Manawainui Gulch
Manawainui Gulch (Photo: Susanne Neumann/iStock via Getty Images)
  • 5 miles roundtrip
  • 1,534 elevation gain
  • Out and back
  • Moderate

Watch humpback whales breach and cavort in the waters off Māʻalaea Harbor on this 4.7 miles round trip hike. Peak whale watching runs November to May, though you can spot whales all year and this trail is open year-round.The route zigzags upward over and around lava rock, following an old road that traverses the southern end of West Maui. Historians believe that the trail, which is over 200 years old, is actually part of the Ala Loa Trail that once connected communities all across the island. After crossing the broad Manawainui Gulch, top out at 1,600 feet near the Kaheawa wind turbine farm and take in the spectacular views of sea to the summit of Haleakalā, a shield volcano rising from verdant uplands to a pointed cone. Bring plenty of water and sturdy boots.

Best Beach Hike: La Perouse

Lava flats of the Hoapili Trail
Lava flats of the Hoapili Trail (Photo: Peter Unger/Stone via Getty Images)
  • 6 miles roundtrip
  • 80 feet elevation gain
  • Out and back
  • Easy

Explore the remnants of Haleakala’s last eruption in 1790 on the southeast shore at La Perouse Bay. The 6-mile round trip Hoapili Trail begins at La Pérouse Bay (Keone’o’io Bay in Hawaiian), named for the French explorer Jean François de Galaup, comte de Lapérouse, who was the first European to anchor near Maui in 1786. Pass the ruins of an old Hawaiian village as you traverse lava fields along the rugged shore, revealing hidden beaches offering a refreshing swim. The waters teem with tropical fish, including the colorful Humuhumunukunukuapua`a, the Hawaiian state fish, making for outstanding snorkeling. Make sure to bring plenty of water and sunscreen on this sun-exposed trail, which is best traversed in the cooler mornings and evenings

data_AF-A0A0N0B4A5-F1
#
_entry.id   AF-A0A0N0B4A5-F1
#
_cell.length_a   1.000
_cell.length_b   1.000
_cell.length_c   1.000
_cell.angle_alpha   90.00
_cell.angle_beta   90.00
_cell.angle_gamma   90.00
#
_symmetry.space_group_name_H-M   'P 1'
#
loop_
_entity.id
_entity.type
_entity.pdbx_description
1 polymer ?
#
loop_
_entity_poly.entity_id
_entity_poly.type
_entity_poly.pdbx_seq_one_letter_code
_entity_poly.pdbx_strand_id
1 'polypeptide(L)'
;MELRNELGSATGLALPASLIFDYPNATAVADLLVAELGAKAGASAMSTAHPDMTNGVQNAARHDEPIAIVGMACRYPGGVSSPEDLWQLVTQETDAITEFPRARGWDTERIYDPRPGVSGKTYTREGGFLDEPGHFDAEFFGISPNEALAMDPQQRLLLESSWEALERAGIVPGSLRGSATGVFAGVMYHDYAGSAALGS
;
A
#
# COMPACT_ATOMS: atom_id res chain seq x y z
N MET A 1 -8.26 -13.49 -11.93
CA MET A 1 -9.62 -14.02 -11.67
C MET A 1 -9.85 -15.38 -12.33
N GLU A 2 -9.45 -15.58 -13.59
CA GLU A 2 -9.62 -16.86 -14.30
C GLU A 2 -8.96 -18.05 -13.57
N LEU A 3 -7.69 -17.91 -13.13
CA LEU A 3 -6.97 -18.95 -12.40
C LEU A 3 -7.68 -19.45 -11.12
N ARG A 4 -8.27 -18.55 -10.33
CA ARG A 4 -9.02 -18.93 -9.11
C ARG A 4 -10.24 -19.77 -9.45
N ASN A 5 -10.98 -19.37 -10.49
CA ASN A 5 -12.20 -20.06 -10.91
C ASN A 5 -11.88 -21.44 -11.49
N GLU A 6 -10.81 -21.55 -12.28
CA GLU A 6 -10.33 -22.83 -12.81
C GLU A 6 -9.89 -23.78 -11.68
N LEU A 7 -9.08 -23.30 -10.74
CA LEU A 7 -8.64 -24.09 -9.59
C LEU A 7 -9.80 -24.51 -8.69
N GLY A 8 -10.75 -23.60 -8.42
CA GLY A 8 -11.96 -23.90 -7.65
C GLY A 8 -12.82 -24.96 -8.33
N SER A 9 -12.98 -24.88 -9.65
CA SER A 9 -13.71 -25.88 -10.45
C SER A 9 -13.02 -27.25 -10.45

Best Crater Hike: Sliding Sands trail

Sliding Sands Trail in Haleakalā National Park
Sliding Sands Trail in Haleakalā National Park (Photo: CM/iStock via Getty Images)
  • 11 miles roundtrip
  • 2795 elevation gain
  • Out and back
  • Difficult

Glorious views of Haleakalā’s inner volcanic cone greet you as you head down the Sliding Sands Trail, a 11-mile down and back route starting from the Haleakalā Visitors Center at 10,023 feet. The well-graded, well-maintained track zigzags down towards the crater floor, revealing ochre, tan, brown and blackened lava rocks and cinder cones that change in tone as the sun moves through the sky and clouds and mist float through, softening the contours of the rocky, wind-swept terrain. You’ll find little shade on this trail and only occasional scrub plants, including the glittering silver swords, which are well-adapted to this dry, high-altitude climate. Since what goes down must come up, save plenty of energy and water for the lung-straining return to the top.